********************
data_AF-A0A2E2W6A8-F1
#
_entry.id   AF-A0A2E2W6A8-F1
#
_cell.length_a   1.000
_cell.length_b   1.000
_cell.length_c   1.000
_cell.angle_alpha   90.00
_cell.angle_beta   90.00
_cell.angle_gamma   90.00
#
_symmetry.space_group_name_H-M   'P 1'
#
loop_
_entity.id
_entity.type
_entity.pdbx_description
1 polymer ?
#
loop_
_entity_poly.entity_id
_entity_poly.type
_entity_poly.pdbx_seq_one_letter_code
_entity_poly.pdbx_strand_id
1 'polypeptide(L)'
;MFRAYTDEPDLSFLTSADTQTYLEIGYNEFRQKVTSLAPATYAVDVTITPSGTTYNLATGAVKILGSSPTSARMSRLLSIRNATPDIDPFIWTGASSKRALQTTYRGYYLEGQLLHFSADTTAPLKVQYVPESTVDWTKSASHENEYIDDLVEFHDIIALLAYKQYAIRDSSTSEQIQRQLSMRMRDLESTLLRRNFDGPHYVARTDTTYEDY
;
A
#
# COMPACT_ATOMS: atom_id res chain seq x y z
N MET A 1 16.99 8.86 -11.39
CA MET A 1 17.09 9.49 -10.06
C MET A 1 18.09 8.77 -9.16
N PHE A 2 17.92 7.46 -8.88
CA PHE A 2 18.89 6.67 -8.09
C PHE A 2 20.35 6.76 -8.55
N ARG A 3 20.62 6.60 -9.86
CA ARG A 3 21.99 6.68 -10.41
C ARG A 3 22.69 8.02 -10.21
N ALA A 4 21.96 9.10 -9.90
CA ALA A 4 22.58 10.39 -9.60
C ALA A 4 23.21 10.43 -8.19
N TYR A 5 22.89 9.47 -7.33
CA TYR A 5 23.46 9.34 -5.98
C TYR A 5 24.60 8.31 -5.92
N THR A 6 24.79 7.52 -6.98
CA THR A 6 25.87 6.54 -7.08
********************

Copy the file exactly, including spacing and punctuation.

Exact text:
data_AF-A0A2E2W6A8-F1
#
_entry.id   AF-A0A2E2W6A8-F1
#
_cell.length_a   1.000
_cell.length_b   1.000
_cell.length_c   1.000
_cell.angle_alpha   90.00
_cell.angle_beta   90.00
_cell.angle_gamma   90.00
#
_symmetry.space_group_name_H-M   'P 1'
#
loop_
_entity.id
_entity.type
_entity.pdbx_description
1 polymer ?
#
loop_
_entity_poly.entity_id
_entity_poly.type
_entity_poly.pdbx_seq_one_letter_code
_entity_poly.pdbx_strand_id
1 'polypeptide(L)'
;MFRAYTDEPDLSFLTSADTQTYLEIGYNEFRQKVTSLAPATYAVDVTITPSGTTYNLATGAVKILGSSPTSARMSRLLSIRNATPDIDPFIWTGASSKRALQTTYRGYYLEGQLLHFSADTTAPLKVQYVPESTVDWTKSASHENEYIDDLVEFHDIIALLAYKQYAIRDSSTSEQIQRQLSMRMRDLESTLLRRNFDGPHYVARTDTTYEDY
;
A
#
# COMPACT_ATOMS: atom_id res chain seq x y z
N MET A 1 16.99 8.86 -11.39
CA MET A 1 17.09 9.49 -10.06
C MET A 1 18.09 8.77 -9.16
N PHE A 2 17.92 7.46 -8.88
CA PHE A 2 18.89 6.67 -8.09
C PHE A 2 20.35 6.76 -8.55
N ARG A 3 20.62 6.60 -9.86
CA ARG A 3 21.99 6.68 -10.41
C ARG A 3 22.69 8.02 -10.21
N ALA A 4 21.96 9.10 -9.90
CA ALA A 4 22.58 10.39 -9.60
C ALA A 4 23.21 10.43 -8.19
N TYR A 5 22.89 9.47 -7.33
CA TYR A 5 23.46 9.34 -5.98
C TYR A 5 24.60 8.31 -5.92
N THR A 6 24.79 7.52 -6.98
CA THR A 6 25.87 6.54 -7.08